How to Deal with Toxic People

by Alex Kotarba 4 months ago in how to

Tips from an Empath

How to Deal with Toxic People

We all know those people who like to be the centre of attention. The people who are looking for reassurance or are always complaining. They're pretty much anywhere you turn; workplace, friend group, family—you get the idea. I’ve heard the term energy vampires use to describe these kinds, and honestly as brutal as it sounds, I quite like it. As an empath, I sometimes find dealing with these “vampires” challenging. I sometimes find it hard to separate what I am a feeling, versus what other people are feeling being an empath. Below are some tips I've learned an how to handle negativity from these energy vampires:

Learning when to say no to others was huge. I would never call myself a people pleaser. But I’ve been guilty of spending time with people who don’t lift me up when I don't want to. There’s always a handful of friends or family members, who always seem to see the bad side of life. They try to guilt others into feeling bad, which is something that has never sat well with me, even as a kid. They act in ways that make you cringe, do things that you don't agree with, and they seem to radiate negativity. Over time, I’ve learned that when I remove myself from situations that I know will make me cringe, I tend to feel better. Saying no, and having limits on my interactions with these kinds of people help me keep from feeling weighed down.

When it's challenging to avoid people, like minimizing contact, has been life changing. I, of course, will be polite and say hello to people, but I tend to not engage in conversations much deeper than that. In university I had a lot of friends who always seemed to have a worse day than me, no matter what. They seemed to be in competition with you about who has it worse, which is a pretty terrible way to compete with others. I would much rather inspire and uplift the people around me, and focus on the accomplishments of others and myself, rather than competing with them. Learn to be happy with the stage of life you're in, so that you can make peace with it. This will grant you the freedom to be happy for others, as they crush their goals, rather than you feeling jealous of them.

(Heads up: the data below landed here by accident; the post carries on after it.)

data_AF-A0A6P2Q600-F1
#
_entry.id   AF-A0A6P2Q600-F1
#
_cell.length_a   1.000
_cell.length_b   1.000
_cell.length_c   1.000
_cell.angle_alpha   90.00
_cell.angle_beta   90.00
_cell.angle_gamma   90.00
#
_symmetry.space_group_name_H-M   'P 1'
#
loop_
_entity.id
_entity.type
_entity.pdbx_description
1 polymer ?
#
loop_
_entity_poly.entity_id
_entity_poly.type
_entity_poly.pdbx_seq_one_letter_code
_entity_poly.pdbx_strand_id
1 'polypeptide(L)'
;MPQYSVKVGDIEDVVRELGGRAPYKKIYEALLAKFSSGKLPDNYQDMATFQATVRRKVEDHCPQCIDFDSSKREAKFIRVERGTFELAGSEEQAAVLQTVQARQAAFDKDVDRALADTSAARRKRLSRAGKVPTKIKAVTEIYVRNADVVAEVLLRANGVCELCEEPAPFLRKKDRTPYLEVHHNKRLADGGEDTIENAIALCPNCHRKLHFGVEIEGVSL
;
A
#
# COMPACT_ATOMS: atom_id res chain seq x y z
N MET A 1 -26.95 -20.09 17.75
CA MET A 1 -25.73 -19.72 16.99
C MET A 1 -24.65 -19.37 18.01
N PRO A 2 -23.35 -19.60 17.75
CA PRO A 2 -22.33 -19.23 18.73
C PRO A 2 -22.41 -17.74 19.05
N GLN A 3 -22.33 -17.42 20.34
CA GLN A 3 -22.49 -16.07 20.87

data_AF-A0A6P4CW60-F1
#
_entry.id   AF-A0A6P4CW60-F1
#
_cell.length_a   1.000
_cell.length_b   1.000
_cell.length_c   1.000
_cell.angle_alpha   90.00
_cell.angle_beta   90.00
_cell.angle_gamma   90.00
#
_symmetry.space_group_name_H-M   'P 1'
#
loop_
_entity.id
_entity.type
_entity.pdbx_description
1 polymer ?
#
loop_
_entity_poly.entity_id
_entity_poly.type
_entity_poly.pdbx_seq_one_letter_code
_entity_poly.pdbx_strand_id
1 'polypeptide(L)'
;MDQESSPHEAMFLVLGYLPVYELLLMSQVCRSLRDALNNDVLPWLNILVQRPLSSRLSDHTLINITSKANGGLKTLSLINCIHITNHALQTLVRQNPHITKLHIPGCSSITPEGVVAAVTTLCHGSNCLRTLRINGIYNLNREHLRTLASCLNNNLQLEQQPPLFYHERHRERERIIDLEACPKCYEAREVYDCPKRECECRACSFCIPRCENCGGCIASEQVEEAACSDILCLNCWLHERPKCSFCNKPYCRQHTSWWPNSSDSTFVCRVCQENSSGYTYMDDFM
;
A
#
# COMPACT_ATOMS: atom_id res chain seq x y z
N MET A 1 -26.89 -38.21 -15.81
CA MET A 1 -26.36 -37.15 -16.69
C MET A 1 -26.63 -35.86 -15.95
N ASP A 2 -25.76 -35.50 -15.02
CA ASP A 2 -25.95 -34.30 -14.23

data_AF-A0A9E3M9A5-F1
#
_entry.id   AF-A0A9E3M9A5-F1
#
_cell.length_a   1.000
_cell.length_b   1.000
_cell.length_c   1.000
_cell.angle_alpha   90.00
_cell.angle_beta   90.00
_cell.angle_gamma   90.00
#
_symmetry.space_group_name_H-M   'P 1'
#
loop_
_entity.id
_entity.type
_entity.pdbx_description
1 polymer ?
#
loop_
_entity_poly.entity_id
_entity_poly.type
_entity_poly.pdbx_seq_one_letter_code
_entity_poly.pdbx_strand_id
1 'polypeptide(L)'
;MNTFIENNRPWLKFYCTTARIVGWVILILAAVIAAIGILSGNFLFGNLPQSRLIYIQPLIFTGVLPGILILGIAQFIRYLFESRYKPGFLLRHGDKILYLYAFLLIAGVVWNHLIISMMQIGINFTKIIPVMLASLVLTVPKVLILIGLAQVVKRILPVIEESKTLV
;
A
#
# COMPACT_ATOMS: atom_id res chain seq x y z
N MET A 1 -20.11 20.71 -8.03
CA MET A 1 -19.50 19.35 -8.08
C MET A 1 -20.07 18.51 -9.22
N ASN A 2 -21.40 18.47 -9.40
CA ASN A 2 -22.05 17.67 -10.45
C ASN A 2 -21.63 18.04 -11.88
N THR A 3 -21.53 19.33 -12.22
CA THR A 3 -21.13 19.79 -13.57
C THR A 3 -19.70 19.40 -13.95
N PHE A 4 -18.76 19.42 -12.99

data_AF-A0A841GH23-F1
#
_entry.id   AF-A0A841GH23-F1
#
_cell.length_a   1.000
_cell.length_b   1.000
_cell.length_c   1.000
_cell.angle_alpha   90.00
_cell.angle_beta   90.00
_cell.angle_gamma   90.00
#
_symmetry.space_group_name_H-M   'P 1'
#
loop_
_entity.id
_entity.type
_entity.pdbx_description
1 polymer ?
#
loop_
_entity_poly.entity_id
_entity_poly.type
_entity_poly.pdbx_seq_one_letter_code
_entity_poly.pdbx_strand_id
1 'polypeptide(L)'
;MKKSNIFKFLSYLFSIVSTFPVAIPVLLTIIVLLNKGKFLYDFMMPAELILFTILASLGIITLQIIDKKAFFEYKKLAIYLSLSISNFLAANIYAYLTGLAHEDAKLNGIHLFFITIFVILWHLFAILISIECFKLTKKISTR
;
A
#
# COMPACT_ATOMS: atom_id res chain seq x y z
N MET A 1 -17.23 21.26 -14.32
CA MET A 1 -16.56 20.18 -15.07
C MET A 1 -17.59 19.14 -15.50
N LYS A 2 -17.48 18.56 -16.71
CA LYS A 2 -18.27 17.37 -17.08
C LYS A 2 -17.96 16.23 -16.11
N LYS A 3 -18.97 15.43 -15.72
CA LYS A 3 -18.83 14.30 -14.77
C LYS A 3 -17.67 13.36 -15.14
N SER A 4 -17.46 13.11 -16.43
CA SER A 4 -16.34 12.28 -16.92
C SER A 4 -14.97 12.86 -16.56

Learning to manage the emotions of other people is a challenge, but especially in environments that are very stressful. When someone is complaining about their day and you’re not having it, the last thing you want to hear about is their terrible day. Setting up boundaries and putting time limits on interactions can be very helpful. If your coworker is struggling, saying not right now, rather than no—this is a more effective way to balance your needs and theirs. This will let them know that you are there to support them and you care about whats going on. At the same time it gives you the time to gather your thoughts before engaging in a heavy conversation, so that when you are ready to dive in with them you can be all there, which is what they deserve.

Another tool that that I've found to be helpful is learning to take time for yourself. This can be as simple as when you get home, taking a few minutes to do something that YOU enjoy. It could be binging a few episodes of your favourite show, getting lost in a book, doing a face mask etc. Let it be whatever helps you destress a little and unwind from the interactions during the day. Taking time to focus on yourself lets you decompress, and helps you feel more energized, so that the next time you run into these energy vampires you are prepared for their drama. Taking care of yourself, even only for a few minutes isn’t selfish. It helps keep you sane! If you don't have to worry about time sensitive tasks on your to-do list, taking 15-20 minutes will be a beneficial break.

Dealing with draining people is not fun, and we all have at least one person in our lives who is like that. Limiting the interactions with these people, and arranging tough conversations are small steps. These will help you feel more level-headed, and will put their drama into perspective. Don't forget to take the time to decompress afterwards! Enjoy it so that you feel refreshed to tackle whatever might come your way tomorrow!

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Alex Kotarba
Alex Kotarba
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